This is because your kidneys may not be able to process the potassium in your food as well when you have CKD, and limiting your potassium intake is important for managing your disease.
When instructed by your physician, people with chronic kidney disease may need to aim for 3,000 mg to 4,000 mg of potassium per day, while people in end stage renal failure should aim for between 2,000 mg and 3,000 mg.
Common sources of potassium include dairy, nuts, and produce, all of which are great foods to include in your overall healthy diet in a way that fits your potassium needs.
Restricting your potassium in a kidney friendly diet should only be done if instructed by your doctor, but know that restricting doesn’t necessarily mean eliminating foods you enjoy.
Fruits are still an option on a low potassium diet, and understanding the factors that affect your potassium are also important when choosing the right foods for you.
Foods to Limit on a Renal Diabetic Diet
While a renal diabetic diet offers a lot of great options when it comes to food choices, there are some things that should be limited or eliminated. Many of these items are foods that should be limited in a general healthy diet, as well.
Sugar can be tough to limit in your diet, as it’s found in a variety of foods, from fruits and vegetables to processed food products. Understanding sugars, though, can make limiting and choosing the right foods a bit easier.
Simple sugars are just that – they’re sugars that are easy for our bodies to breakdown. These can be found in foods such as white breads, white pastas, pastries, soda, or candy, which are known as refined carbohydrates.
These sugars have been linked to type 2 diabetes, and should be limited as they are lacking in nutrients and fiber.
Fructose is another type of sugar that is found in fruit. While fructose is still sugar, it is often found alongside fiber, which helps to manage blood sugar. For people managing their sugar, fruit can be a great option for something sweet.
Artificial sweeteners are often misunderstood. These sweeteners, such as Truvia, are manufactured and added to foods to help improve the flavor while limiting the amount of sugar.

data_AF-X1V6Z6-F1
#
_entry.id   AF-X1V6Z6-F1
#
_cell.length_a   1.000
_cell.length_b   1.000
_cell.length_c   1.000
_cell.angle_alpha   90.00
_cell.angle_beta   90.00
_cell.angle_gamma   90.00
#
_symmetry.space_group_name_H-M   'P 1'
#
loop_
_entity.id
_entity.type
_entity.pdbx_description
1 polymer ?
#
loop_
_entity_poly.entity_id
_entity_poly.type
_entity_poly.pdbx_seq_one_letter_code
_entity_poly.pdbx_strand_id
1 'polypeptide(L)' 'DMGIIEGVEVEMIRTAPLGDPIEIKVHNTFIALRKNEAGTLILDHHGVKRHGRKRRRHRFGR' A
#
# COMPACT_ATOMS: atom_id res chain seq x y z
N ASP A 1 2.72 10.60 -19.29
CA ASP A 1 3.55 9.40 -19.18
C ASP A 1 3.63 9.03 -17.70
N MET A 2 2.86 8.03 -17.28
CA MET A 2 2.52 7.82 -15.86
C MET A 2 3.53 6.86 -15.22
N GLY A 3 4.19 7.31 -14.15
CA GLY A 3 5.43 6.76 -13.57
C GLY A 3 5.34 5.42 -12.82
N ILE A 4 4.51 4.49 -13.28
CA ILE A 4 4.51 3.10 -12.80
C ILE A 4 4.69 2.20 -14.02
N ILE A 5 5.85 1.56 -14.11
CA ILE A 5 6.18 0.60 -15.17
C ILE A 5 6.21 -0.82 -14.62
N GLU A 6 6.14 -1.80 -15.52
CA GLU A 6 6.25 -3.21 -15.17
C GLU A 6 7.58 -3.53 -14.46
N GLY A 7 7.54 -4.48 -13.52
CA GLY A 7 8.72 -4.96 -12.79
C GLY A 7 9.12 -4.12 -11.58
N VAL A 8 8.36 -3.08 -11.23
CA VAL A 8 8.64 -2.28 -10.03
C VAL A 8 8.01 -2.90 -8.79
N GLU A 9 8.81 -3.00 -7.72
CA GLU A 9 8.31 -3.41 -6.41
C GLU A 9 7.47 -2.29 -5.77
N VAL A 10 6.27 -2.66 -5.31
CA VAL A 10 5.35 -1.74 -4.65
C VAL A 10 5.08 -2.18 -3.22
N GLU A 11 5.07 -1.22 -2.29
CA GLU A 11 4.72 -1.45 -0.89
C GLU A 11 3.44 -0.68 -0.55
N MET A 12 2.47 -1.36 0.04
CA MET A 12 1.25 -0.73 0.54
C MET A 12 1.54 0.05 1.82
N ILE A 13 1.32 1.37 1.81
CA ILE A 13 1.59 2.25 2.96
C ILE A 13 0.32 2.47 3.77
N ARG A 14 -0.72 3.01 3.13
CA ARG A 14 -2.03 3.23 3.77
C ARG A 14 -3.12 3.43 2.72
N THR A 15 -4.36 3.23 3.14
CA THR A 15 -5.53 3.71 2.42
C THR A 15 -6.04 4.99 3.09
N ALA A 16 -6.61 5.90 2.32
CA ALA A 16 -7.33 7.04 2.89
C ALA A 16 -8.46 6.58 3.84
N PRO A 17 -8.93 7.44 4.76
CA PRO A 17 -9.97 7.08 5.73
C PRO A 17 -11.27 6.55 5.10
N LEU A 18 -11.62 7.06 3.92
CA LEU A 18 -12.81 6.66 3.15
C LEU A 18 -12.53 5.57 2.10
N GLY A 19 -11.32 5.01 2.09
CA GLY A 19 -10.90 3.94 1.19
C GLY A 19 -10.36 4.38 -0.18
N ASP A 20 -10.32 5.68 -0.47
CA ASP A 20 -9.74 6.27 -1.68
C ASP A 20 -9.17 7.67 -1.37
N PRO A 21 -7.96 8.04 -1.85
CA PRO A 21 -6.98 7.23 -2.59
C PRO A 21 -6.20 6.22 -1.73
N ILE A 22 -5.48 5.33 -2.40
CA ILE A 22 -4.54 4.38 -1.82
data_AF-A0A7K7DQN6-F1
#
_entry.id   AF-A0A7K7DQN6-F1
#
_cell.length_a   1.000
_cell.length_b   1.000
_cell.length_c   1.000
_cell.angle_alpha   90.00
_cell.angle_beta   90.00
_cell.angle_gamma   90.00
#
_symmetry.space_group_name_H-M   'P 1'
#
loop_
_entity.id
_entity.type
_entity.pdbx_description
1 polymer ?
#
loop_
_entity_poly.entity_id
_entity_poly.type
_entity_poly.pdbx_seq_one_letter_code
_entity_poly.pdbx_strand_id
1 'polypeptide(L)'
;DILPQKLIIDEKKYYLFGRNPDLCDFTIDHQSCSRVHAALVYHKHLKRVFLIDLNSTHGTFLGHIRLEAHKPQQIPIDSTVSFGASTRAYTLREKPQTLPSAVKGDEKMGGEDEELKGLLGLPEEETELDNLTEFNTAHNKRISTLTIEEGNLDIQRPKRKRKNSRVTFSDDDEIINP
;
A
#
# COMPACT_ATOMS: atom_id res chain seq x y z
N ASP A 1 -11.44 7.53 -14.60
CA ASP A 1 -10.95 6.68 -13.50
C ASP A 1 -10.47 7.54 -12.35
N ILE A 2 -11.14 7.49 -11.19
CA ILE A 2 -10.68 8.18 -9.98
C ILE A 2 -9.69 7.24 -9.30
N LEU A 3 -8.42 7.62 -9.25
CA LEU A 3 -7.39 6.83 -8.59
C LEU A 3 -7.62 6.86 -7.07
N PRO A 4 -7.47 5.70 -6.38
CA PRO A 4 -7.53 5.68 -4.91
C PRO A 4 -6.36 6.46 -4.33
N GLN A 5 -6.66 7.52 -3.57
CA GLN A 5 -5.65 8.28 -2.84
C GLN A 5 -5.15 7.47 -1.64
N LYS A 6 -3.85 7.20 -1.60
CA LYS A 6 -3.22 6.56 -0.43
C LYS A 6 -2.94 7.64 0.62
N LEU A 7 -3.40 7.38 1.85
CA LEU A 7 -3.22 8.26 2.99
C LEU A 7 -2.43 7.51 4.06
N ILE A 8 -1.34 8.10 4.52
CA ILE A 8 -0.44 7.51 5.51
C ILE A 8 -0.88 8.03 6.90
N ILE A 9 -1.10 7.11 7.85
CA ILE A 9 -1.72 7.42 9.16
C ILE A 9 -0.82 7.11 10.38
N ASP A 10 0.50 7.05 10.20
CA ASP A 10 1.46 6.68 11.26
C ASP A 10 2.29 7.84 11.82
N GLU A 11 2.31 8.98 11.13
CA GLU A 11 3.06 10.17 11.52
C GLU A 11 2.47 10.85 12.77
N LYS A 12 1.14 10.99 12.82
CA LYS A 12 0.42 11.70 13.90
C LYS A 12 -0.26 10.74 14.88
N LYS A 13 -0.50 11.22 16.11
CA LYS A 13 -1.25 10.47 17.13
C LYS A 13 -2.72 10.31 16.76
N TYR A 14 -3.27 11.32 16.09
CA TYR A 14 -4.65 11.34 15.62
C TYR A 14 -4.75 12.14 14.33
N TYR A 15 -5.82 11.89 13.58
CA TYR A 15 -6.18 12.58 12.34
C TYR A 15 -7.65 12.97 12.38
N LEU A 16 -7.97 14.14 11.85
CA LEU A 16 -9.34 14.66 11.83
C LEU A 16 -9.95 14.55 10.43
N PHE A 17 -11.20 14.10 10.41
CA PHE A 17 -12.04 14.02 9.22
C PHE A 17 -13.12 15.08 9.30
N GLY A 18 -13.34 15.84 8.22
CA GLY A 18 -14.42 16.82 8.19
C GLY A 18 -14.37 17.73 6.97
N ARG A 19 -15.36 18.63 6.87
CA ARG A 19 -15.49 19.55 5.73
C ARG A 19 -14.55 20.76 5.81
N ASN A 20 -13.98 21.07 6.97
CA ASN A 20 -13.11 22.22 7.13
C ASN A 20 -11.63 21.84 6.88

These artificial sweeteners are often much sweeter than their natural counterparts, and you may find you need much less of them to obtain the same taste.
While artificial sweeteners can be a good option for treats or sweets you don’t eat regularly, they shouldn’t be incorporated as a regular part of your diet.
Some studies have suggested that the consumption of artificial sweeteners may lead to an increased desire for sugar overall.
Saturated and Trans Fats
While some fats are beneficial for our health, others are not. Saturated fats, like we discussed before, and trans fats are two types of fats that should be avoided in a renal diabetic diet.
Saturated fats are found in foods like red meat, whole milk, butter, and lard, while trans fats are found in commercially processed snacks and baked goods. These fats have been known to raise blood cholesterol and may not be beneficial for heart health.
As people with CKD are at an increased risk of heart attack or stroke, it’s ideal to opt for heart healthy fats like monounsaturated or polyunsaturated fats instead.
Phosphorus is a mineral found in our foods and our body. It actually pairs with calcium to help form our bones! Organic phosphorus is found in our foods, like chicken, fish, eggs, and nuts. Phosphorus additives, however, are inorganic forms of phosphorus often added to foods as a preservative.
These additives can increase the levels of phosphorus in your blood, something that is dangerous for someone with CKD.
Phosphorus additives can be listed on ingredient labels as additives, including:
- Dicalcium phosphate
- Disodium phosphate
- Monosodium phosphate
- Phosphoric acid
- Sodium hexameta-phosphate
- Trisodium phosphate
- Sodium tripolyphosphate
- Tetrasodium pyrophosphate
Organic phosphorus is not something that is limited on a diabetic diet, but it is something you need to be aware of as a patient with CKD. Thankfully, many of the foods that have phosphorus additives are not a good source of nutrients, anyway, and should ideally be avoided in any healthy diet.
Limiting your sodium intake can be beneficial for your diabetes, your kidney disease, and your overall health. Sodium intake has been linked to high blood pressure, which is one of the main predictors of people with diabetes developing CKD.